Exercise 1.1

Objective: to introduce ideas from “The Question of Cultural Identity” and understand writing as a conversation.

Estimated time: 1 – 1.5 hours
Due by 9:00 a.m. Wednesday, January 29th

Part 1—Watching

Watch the Stuart Hall interview video “Questions of Identity”.

Part 2—Reading

  • Read the Reading (and Writing) for Conversation writing guide.
  • Read Section 1 of “The Question of Cultural Identity.” Make note of any questions you may have.

Part 3—Writing

Pretend that you are in a conversation with Stuart Hall. Describe to him a time when you experienced internal or external conflict due to possessing (or being perceived as possessing) multiple cultural identities. For example, it may have been a situation in which you felt that one of your cultural identities was challenged by or in conflict with another of your cultural identities. Post your response below as a COMMENT to this post.

Part 4—Journal 1.1: Context Research

Spend 15 minutes (only) researching the following context online and bring it with you to class on Wednesday.

  • Stuart Hall
  • Kobena Mercer
  • The Enlightenment
  • Anthony Giddens
  • Ernesto Laclau
  • Jacques Lacan
  • Sigmund Freud
  • Clarence Thomas / Anita Hill
  • Renee Descartes
  • Michel Foucault
  • Ferdinand de Saussure
  • Raymond Williams

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Exercise 1.2

Objective: to better understand “The Question of Cultural Identity” by identifying main ideas, connections, and rhetorical patterns in Sections 2 through 4 of the essay.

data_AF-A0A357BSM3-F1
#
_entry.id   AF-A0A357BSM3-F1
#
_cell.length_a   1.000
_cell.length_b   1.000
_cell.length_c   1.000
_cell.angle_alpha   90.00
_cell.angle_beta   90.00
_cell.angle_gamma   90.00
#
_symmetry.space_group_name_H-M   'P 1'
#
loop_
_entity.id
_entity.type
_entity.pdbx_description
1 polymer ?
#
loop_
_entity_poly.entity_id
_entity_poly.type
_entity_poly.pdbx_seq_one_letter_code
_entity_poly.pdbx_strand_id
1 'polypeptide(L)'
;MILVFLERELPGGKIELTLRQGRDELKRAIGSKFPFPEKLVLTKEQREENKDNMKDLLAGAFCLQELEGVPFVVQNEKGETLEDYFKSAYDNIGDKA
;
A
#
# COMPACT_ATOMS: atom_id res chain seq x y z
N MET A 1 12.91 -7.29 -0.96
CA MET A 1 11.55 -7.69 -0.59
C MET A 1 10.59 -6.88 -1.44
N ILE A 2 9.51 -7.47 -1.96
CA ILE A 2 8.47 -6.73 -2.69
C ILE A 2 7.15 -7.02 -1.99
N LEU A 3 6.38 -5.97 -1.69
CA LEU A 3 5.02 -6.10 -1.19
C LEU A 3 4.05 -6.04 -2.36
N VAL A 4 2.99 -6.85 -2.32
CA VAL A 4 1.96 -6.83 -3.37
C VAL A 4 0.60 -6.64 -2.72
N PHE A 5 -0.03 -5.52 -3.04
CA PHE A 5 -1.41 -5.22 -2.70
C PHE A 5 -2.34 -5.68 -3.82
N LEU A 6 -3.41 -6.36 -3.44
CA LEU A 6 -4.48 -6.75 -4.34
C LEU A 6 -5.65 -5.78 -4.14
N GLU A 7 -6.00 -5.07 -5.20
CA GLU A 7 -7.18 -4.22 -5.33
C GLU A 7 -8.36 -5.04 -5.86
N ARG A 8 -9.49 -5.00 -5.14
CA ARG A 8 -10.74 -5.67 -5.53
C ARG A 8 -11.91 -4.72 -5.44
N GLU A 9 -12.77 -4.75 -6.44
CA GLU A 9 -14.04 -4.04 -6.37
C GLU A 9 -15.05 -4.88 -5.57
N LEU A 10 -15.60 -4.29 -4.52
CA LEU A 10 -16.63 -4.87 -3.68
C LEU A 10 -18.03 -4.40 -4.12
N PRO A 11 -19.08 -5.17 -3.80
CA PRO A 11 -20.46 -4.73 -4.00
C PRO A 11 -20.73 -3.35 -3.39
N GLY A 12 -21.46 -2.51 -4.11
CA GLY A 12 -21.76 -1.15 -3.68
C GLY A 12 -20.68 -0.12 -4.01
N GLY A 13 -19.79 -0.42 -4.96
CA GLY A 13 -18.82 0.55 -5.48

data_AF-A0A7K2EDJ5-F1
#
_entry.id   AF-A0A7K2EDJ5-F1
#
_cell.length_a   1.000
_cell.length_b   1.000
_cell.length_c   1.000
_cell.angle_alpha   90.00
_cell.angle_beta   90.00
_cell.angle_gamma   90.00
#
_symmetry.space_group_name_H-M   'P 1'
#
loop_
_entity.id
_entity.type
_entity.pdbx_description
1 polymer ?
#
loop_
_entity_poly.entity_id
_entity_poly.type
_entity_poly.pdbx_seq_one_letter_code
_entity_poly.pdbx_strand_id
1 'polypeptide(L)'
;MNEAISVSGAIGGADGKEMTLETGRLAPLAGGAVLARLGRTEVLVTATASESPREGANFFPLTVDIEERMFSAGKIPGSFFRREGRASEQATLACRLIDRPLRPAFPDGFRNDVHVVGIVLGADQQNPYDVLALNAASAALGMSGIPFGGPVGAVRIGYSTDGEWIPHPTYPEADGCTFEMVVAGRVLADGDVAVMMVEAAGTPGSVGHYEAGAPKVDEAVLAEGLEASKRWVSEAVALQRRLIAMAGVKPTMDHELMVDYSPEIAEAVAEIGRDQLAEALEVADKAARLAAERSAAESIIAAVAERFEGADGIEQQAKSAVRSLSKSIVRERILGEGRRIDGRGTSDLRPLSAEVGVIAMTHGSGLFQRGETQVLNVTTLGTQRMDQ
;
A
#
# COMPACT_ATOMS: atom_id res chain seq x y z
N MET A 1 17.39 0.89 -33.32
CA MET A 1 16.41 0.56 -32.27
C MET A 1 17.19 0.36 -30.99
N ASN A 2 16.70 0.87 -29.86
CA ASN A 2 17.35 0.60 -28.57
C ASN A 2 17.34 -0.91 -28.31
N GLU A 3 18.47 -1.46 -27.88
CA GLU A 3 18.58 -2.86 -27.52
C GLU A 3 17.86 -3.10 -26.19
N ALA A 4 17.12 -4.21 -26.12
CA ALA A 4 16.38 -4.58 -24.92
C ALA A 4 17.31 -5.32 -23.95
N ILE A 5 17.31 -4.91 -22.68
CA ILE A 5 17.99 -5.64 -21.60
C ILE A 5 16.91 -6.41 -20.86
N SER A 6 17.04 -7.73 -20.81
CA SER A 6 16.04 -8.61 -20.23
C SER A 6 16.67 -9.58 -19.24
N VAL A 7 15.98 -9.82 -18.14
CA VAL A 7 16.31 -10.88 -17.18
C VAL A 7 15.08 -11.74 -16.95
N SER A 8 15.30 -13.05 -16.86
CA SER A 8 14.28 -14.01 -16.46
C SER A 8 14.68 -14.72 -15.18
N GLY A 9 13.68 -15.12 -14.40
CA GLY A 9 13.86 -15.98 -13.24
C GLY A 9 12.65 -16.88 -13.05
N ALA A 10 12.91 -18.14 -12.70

Estimated time: 1.5 – 2 hours
Due by 9:00 a.m. Monday, February 3rd

Note: As we discussed in class, I am aware that Hall’s text is dense and may seem difficult to you. However, as you will learn over the next few weeks, writing about a difficult text is the most effective way to understand it. Remember that our purpose in reading is to respond to the ideas it explores, not necessarily to understand every minute detail. Once you have completed the reading the text, it will make more sense to you—I promise. Just keep reading.

Part 1—Reading and Annotation

  1. Re-read the Reading (and Writing) for Conversation writing guide in your course pack.
  2. Carefully read the Identifying Intellectual or Interpretive Problems writing guide in your course pack.
  3. Using strategies for close, critical reading that we discussed in class Wednesday, carefully read and annotate Sections 2 through 4 in “The Question of Cultural Identity.” Write down ideas and questions that you have in response to specific parts of these sections. Make note of any connections you notice between the sections.

Part 2—Writing

Using the connections you noted when you were reading Sections 2 through 4, how does Hall develop the concepts of the three identity subjects explored in Section 1? What elements of the rhetorical situation of the text can you identify? How do those function to help Hall develop his analysis? Be as specific as possible and include page numbers. Post your response below as a COMMENT to this post.

Part 3—Journal 1.2

Reflect on how reading for conversation differs from reading solely for content and memorization. How did that change your reading practices as you read these two sections?

For our new additions, in order to post comments on this course website, you will need to set up your QWriting account. Use this QWriting Getting Started document for step-by-step instructions. Once you have set up your QWriting account, you can log into this site to comment on the exercises.